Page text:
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Researcher Wiki: experiences, analysis and reflections on using the read/write web to build researcher communities. Rush


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Presented at LILAC 2009

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Researcher Wiki: experiences, analysis and reflections on using the read/write web to build researcher communities. Rush

  1. 1. Researcher Wiki: experiences, analysis and reflections on using the read/write web to build researcher communities. Nathan Rush Assistant Librarian: Business De Montfort University, Leicester. Email:
  2. 2. Aims • Background to the project • Demonstrate / assess the wiki • What went wrong/right • Lessons for the future
  3. 3. Background ... How we support researchers • Research Training Programme for research students : – Mandatory course on Literature Searching and Reference Management – must be completed before transfer to PhD. – New optional courses offered since 2008 on Advanced EndNote and ‘Keeping up to date’. • Facilities – Designated research student areas in the library • DORA; Sconul Access; Focus Groups; Collection Development Policies
  4. 4. Background ... How we would like to support researchers • Improve the university’s research web pages • Clear from the Research Training Programme that there was a lot of tacit knowledge, know-how and expertise beyond the formal training provision that would be beneficial to share. But how? • 2008: Roberts funding for a small-scale project to develop a wiki aimed at research students and early career researchers drawing from content from the wider research community and integrating with the JSS
  5. 5. Why a wiki? A wiki was chosen as it seemed the best way to facilitate peer to peer learning. It is: Collaborative Flexible Easy to use Online resources all ready in existence, e.g. Resin.
  6. 6. How? • The project was developed during the summer of 2008. • Time was bought to give me time to create the wiki. • Launched at the beginning of 2008-9 academic year.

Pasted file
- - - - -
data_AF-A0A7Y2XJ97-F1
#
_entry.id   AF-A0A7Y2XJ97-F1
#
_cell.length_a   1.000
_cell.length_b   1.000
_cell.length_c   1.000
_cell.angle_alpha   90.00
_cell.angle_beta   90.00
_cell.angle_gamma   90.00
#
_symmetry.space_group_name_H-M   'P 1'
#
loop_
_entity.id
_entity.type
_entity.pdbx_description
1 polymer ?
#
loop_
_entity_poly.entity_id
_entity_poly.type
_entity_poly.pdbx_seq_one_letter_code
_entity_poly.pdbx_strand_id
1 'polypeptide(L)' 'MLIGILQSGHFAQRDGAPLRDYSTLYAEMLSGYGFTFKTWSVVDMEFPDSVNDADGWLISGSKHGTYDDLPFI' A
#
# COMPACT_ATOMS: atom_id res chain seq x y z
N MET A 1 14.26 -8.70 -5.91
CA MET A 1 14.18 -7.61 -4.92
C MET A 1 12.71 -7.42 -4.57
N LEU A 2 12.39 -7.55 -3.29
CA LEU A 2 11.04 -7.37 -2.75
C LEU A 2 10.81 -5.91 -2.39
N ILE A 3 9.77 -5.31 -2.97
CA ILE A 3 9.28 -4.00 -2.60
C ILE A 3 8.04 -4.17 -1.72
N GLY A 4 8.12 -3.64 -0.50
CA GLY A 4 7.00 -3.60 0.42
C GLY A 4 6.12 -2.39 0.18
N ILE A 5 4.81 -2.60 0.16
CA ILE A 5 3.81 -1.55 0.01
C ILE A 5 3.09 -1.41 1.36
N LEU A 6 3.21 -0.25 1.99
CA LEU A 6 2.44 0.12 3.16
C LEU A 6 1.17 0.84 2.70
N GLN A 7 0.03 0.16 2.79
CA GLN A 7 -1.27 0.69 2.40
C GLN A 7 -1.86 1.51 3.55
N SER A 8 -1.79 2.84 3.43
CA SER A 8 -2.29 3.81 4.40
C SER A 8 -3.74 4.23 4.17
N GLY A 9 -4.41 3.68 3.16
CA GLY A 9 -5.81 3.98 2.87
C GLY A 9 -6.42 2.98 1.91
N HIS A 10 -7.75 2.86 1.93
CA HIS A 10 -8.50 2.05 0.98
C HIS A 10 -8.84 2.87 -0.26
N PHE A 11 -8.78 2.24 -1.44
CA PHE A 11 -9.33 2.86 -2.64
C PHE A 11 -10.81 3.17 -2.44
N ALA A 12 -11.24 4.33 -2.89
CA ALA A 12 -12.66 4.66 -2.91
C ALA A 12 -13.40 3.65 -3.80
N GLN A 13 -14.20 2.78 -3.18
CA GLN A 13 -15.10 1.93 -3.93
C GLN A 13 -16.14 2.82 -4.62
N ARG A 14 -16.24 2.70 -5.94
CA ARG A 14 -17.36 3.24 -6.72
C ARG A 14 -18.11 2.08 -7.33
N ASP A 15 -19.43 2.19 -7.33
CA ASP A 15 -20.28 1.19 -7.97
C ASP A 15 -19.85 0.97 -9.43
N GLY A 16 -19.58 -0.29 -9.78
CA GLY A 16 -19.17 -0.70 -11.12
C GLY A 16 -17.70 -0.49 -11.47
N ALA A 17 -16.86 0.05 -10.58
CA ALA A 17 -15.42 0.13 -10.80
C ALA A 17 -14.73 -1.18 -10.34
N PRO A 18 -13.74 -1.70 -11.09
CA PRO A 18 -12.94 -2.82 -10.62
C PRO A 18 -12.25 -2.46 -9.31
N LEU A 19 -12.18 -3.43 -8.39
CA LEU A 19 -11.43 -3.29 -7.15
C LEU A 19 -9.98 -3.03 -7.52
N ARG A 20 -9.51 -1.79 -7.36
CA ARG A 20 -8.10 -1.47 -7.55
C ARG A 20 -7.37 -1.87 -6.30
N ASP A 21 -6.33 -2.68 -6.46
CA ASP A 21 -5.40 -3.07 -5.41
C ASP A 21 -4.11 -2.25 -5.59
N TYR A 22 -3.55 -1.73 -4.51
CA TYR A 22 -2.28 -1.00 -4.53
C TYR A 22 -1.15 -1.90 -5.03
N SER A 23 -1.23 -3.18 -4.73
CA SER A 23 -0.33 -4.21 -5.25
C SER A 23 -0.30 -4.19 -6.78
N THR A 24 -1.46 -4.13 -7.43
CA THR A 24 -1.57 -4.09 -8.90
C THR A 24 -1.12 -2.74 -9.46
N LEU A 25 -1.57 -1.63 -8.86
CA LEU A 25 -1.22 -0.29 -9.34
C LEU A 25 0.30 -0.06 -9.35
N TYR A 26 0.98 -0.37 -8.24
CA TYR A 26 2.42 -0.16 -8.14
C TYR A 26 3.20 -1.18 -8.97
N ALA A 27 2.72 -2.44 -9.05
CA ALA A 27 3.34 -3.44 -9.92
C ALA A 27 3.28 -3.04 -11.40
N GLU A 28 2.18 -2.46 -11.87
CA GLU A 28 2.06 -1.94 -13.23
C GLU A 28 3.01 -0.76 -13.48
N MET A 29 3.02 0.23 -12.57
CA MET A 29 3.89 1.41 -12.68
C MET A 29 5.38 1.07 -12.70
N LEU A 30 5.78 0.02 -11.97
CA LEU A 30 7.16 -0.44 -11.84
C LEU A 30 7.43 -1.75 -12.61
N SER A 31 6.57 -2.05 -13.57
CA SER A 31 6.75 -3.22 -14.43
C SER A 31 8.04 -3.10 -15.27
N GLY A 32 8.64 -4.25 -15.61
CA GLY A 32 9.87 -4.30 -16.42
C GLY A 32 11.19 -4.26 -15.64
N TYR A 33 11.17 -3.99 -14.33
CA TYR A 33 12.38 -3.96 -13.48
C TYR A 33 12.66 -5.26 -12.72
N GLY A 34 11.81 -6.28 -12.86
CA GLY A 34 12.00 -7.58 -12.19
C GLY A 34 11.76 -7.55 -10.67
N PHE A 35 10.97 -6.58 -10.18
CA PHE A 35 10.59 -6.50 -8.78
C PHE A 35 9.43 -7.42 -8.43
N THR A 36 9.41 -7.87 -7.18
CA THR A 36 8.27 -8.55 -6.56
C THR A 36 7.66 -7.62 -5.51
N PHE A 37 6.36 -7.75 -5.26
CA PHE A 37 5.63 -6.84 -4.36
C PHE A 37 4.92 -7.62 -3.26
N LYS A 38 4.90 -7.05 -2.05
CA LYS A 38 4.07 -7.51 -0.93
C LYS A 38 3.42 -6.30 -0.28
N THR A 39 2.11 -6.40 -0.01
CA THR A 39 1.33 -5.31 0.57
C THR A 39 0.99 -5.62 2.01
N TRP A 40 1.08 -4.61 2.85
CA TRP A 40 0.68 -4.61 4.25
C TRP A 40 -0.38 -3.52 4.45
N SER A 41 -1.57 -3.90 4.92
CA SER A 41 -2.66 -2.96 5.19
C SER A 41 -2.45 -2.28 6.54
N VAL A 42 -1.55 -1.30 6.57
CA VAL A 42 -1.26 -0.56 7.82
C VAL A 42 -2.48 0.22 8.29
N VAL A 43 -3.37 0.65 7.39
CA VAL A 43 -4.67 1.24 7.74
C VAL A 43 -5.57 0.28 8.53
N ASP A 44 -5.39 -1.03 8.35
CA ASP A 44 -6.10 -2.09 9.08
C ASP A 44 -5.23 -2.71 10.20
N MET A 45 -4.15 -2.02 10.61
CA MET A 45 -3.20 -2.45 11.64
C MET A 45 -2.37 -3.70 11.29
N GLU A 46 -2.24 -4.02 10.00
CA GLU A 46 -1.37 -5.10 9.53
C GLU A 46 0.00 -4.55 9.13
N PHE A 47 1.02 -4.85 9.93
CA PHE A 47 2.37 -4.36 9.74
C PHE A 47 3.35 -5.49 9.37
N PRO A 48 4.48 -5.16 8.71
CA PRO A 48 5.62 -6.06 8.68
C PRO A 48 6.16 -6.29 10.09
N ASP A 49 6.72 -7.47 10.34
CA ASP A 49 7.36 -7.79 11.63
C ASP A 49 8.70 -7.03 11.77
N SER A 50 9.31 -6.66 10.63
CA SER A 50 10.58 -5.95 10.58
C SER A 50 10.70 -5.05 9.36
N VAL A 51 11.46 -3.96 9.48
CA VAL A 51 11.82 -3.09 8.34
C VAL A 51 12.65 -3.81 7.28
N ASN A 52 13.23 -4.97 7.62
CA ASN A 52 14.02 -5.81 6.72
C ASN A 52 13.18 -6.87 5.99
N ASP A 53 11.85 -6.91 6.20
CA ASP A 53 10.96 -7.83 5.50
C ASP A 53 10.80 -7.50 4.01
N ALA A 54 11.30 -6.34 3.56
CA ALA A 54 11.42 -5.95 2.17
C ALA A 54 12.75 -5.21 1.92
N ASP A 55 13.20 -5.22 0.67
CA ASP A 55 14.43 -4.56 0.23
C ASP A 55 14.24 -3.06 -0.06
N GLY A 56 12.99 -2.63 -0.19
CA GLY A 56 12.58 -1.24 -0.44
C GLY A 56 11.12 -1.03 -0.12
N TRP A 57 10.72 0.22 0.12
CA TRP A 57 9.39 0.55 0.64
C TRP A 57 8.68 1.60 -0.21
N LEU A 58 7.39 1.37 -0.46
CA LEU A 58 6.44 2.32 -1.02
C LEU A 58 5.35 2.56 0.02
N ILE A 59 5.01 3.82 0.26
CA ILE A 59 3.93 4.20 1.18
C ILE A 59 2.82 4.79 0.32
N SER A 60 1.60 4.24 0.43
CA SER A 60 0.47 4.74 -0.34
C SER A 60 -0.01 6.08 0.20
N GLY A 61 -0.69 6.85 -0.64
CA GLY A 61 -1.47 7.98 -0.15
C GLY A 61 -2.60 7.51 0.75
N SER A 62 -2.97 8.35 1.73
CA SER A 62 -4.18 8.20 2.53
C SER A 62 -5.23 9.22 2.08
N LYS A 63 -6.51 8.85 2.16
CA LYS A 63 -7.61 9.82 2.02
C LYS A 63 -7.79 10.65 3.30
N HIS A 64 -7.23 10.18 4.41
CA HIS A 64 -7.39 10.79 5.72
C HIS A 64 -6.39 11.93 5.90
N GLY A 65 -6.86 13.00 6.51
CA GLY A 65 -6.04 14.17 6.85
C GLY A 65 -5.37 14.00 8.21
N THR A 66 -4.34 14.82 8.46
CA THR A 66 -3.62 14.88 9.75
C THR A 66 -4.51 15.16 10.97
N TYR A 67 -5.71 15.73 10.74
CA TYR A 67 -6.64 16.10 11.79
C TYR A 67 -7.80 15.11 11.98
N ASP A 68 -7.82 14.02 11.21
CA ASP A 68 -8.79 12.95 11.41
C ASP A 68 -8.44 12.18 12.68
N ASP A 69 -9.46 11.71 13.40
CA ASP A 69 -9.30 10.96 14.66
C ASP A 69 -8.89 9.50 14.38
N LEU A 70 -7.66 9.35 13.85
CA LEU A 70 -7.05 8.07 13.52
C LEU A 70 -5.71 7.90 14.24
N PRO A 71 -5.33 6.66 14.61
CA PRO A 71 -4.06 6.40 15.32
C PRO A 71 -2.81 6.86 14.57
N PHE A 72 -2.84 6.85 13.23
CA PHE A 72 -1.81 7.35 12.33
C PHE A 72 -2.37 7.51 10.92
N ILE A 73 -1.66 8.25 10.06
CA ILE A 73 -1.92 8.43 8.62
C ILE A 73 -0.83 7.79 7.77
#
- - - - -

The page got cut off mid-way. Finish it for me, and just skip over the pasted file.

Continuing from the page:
7. 7. Practical • Have a look at the questionnaire distributed to researchers and work through it. • Would you have done anything differently?
  8. 8. Problems creating the wiki • Software glitches • Too much content • Time constraints
  9. 9. Success? • Plenty of views but little interaction • Needs promoting within a research setting • Emphasise the value of the wiki • Must be recommended by academic staff • Has been useful to disseminate information, e.g. on REF
  10. 10. Lessons learned • Strategic integration – Just because we can do something doesn’t necessarily mean we should. – Do the users perceive the value or are we creating solutions to problems that do not exist? – Do your new tools fit in with existing ones?
  11. 11. More lessons learned • Is there a clear vision? Defined goals? • Cost and time • Size/heterogeneity of the research community When I share information I want to prompt a debate ... Business PhD student I’d like to think I’m generous but ... Humanities PhD student
  12. 12. Even more lessons learned • Researchers’ learning lives - the 7 ages model Attitudes and needs vary at discrete ages Early researchers are in a transitional stage Middle researchers become from information producers as well as consumers • Asking a researcher to record experiences can make them feel vulnerable.
  13. 13. What next? • Evaluation Established milestones • Consider new web pages for researchers using wiki content but with collaborative elements • Look out for the RIN project on using web2.0 to support researchers
  14. 14. Conclusions • Sometimes as librarians we are guilty of trying to force web 2.0 to solve problems where a more traditional response is more appropriate. • There is a place for web 2.0 within IL and the research community but it is important that its use is driven by the researchers themselves. • There are inherent dangers in innovating for the sake of innovation – without clear aims.